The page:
I had never heard of Sonya Hartnett until A Devoted Reader blogged about Hartnett’s novel Of a boy (aka What the Birds See) back in March. What she said sounded so good that I put Hartnett on my TBR list immediately, and when I went, list in hand, to the library, Surrender was the first novel of hers that caught my eye.
This book was shelved in my library with young-adult fiction, but I believe it defies categorization of that kind. It has the feeling about it that the best books have, of not being written with any particular readership in mind. It would resonate with teenagers — the emotions are spot-on — but in other ways, it’s a profoundly adult novel, veering into territory of madness, grief, loss, psychological scarring, fear, and fragility.
As the book opens, Gabriel is dying, only twenty years old. He coughs up blood and lies racked with pain, cared for only by his aunt Sarah. In a series of flashbacks, we see his childhood: his cold, unpredictable, abusive parents, his humiliations at school, his constant fear. Into this terrible and terrifying life comes the wild boy, Finnigan. Finnigan sleeps rough, takes what he wants, cares for no one. After Gabriel forms a tentative friendship with this feral child, they make a pact: Gabriel will always be good, do only good things. Finnigan will be bad, always take the dark road, the evil path. They are linked by the beloved dog they share, named Surrender.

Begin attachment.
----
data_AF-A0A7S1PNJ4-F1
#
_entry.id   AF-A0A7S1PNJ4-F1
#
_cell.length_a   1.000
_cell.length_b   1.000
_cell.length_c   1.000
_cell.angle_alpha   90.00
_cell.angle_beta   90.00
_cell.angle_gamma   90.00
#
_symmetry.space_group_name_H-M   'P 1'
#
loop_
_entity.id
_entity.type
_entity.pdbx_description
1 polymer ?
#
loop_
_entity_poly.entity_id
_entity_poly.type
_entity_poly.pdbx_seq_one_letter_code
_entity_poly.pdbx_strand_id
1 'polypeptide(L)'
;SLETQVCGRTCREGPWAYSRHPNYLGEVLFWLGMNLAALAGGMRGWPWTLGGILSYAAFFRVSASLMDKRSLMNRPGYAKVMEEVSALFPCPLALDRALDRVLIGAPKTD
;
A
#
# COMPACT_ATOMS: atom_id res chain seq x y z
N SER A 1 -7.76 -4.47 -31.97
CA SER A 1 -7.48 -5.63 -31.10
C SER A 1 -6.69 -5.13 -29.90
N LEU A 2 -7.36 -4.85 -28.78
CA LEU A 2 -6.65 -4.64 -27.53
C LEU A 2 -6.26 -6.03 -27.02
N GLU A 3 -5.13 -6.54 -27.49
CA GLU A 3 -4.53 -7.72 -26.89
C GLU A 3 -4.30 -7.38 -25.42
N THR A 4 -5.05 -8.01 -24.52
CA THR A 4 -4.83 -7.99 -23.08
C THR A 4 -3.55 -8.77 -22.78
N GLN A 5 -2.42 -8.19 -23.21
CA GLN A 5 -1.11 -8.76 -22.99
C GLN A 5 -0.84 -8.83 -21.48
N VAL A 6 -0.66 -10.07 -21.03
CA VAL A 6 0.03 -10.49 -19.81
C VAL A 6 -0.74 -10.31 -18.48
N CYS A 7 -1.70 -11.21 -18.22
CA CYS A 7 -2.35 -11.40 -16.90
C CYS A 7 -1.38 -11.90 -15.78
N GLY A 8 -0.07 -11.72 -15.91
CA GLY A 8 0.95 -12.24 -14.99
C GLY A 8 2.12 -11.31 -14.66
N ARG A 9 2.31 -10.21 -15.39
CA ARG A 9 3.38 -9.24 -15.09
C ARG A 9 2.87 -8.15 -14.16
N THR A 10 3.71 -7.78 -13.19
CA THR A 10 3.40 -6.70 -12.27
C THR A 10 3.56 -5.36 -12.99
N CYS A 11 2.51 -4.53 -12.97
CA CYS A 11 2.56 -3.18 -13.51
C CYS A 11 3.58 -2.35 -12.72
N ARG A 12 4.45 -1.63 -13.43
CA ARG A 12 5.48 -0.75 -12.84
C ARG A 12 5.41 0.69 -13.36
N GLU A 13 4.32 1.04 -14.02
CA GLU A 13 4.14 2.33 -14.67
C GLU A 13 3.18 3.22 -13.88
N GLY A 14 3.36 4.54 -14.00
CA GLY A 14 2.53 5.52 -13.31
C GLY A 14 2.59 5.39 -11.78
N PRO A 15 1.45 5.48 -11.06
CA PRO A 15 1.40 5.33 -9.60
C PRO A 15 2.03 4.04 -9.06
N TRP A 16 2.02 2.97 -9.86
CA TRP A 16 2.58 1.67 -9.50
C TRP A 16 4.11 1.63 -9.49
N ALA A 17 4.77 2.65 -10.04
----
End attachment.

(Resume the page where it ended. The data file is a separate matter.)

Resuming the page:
As the years go by, Gabriel’s town is visited by violence: sheep-killing, pet-killing, and worst of all, a series of fires that half-destroy the town. The townspeople are mystified, but Gabriel knows how dangerous Finnigan can be. He begins to realize that he will never be able to live a normal life if he cannot break his pact with his blood-brother, but he knows what kind of sacrifice it will require to break it.
I was amazed at how good this book was. It’s terribly dark and sad, so if you’re looking for something uplifting, this is not your bag. But Hartnett carves the characters of Gabriel and Finnigan, angel and wild man, with incredible finesse. Even the dog, Surrender, is a perfect character. Hartnett never goes for the easy sentimental touch or the quick sympathy. The suspense, the tenderness, and the compassion of this novel are powerful and profound, and even though I thought I understood what was happening, the ending was still a jaw-dropping surprise for me. I cannot recommend this more highly, and I plan to look for more from this author very soon.